H.B. 1185

By: Thompson, Senfronia

Judiciary & Civil Jurisprudence

Committee Report (Unamended)






A guardian ad litem, attorney ad litem, or amicus attorney appointed to represent a child in a suit affecting the parent-child relationship must review pertinent records of the child, including medical and mental health records, in order to fulfill the person's duties and act in the child's best interest. While current law requires that certain persons and medical and mental health providers release these records to certain court-appointed representatives in proceedings relating to such a suit and provides for the confidentiality of these records after their disclosure to an authorized recipient, the law also requires that the records be destroyed upon the termination of the appointment.


There is a concern that this requirement does not address unfortunate circumstances in which a child returns to the system. In such cases, the child's court-appointed representatives must again seek out these essential records in order to help the child. Concerned parties assert that the requirement is inefficient and a detriment to both the court-appointed representatives and the child and that allowing a representative to retain such records helps the representative better serve a child returning to the system from the first day of appointment. H.B. 1185 seeks to address this issue by permitting certain court-appointed representatives in proceedings relating to a suit affecting the parent-child relationship to retain these records upon termination of the appointment.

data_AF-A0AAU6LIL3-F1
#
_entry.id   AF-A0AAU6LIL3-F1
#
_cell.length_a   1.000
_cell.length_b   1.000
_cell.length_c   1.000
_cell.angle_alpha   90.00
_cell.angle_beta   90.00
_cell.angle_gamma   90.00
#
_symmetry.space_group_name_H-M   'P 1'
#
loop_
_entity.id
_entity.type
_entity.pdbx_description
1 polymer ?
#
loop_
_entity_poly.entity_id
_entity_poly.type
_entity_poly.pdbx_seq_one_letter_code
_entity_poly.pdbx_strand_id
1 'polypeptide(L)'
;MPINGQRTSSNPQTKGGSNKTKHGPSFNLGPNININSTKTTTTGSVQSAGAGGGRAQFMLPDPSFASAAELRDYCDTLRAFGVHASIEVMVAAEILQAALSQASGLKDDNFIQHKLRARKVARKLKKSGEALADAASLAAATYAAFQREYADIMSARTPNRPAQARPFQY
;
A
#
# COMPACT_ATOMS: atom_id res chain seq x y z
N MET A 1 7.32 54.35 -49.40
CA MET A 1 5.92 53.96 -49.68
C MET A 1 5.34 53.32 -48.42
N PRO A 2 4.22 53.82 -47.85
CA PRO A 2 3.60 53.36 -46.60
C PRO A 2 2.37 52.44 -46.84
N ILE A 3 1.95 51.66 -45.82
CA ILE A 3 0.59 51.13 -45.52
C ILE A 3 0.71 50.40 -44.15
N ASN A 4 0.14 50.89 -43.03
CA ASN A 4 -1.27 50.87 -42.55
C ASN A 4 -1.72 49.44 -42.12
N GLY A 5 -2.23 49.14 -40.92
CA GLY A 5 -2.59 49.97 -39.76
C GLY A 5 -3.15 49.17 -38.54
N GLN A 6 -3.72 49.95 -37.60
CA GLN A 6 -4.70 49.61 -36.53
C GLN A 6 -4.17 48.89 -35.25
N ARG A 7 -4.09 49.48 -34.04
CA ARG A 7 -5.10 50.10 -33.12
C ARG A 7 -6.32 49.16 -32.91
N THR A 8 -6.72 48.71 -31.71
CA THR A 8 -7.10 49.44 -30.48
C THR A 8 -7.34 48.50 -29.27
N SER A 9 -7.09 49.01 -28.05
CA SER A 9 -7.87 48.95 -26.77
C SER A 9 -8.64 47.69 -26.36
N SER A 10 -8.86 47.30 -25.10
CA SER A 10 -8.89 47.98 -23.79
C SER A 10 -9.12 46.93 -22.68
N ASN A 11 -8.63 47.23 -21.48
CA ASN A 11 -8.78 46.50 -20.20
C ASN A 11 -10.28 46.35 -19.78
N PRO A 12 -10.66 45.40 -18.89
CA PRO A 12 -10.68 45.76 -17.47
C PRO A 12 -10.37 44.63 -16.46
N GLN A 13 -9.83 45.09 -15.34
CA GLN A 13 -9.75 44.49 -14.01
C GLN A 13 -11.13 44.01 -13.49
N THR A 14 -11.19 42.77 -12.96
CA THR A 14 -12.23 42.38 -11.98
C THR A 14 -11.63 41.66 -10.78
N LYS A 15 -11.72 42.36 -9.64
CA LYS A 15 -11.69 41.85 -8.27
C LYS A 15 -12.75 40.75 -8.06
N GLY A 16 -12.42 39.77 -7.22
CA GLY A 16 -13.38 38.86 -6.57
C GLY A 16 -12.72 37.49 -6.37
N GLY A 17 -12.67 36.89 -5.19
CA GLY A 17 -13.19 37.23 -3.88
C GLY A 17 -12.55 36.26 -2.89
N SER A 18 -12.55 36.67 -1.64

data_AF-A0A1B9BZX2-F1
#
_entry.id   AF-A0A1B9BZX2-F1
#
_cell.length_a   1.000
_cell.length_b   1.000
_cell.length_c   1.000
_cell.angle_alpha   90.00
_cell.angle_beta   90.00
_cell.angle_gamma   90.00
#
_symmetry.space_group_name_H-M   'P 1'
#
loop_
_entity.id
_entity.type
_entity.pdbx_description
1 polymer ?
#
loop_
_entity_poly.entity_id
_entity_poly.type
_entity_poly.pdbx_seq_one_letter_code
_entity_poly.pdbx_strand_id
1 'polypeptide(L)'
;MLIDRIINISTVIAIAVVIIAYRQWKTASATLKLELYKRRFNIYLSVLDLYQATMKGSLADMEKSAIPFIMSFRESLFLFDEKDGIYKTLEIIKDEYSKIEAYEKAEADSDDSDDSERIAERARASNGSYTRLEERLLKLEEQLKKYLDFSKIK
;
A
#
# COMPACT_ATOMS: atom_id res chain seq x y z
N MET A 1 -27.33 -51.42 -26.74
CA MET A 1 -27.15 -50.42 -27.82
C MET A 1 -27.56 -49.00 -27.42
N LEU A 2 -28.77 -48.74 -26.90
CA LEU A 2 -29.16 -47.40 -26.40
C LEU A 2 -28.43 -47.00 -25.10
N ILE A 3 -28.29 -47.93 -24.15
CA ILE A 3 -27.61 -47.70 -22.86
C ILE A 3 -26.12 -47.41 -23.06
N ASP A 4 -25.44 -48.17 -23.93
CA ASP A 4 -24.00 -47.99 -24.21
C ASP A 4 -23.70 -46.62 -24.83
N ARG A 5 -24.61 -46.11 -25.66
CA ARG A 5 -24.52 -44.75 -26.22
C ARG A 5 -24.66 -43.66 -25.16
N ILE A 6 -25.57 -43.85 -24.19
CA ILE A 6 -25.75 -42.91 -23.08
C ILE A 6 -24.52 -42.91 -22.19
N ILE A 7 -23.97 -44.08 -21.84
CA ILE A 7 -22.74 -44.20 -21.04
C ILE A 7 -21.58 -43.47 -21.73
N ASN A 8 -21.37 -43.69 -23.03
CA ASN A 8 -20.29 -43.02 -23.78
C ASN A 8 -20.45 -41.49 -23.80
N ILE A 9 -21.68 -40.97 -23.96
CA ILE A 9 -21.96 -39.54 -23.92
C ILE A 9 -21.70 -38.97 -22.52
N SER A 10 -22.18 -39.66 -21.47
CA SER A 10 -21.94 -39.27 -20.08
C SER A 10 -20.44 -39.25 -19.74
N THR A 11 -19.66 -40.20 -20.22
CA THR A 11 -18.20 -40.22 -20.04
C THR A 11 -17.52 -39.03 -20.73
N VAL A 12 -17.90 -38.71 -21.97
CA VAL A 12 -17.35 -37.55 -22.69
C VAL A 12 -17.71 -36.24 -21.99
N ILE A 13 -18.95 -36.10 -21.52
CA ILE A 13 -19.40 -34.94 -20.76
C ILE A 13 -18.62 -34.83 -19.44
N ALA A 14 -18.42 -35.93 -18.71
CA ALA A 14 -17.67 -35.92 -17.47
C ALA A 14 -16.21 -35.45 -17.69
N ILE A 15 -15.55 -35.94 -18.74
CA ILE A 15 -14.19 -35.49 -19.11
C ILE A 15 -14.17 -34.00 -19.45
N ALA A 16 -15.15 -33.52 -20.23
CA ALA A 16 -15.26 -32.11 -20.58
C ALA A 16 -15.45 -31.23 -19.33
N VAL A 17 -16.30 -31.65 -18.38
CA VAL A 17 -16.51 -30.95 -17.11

It is the committee's opinion that this bill does not expressly grant any additional rulemaking authority to a state officer, department, agency, or institution.




H.B. 1185 repeals Section 107.006(f), Family Code, relating to a requirement to destroy records obtained by an attorney ad litem, a guardian ad litem for a child, or an amicus attorney appointed by court order in certain suits affecting the parent-child relationship in which the child's court appointed representative was given both immediate access to a child and information relating to the child.




September 1, 2013.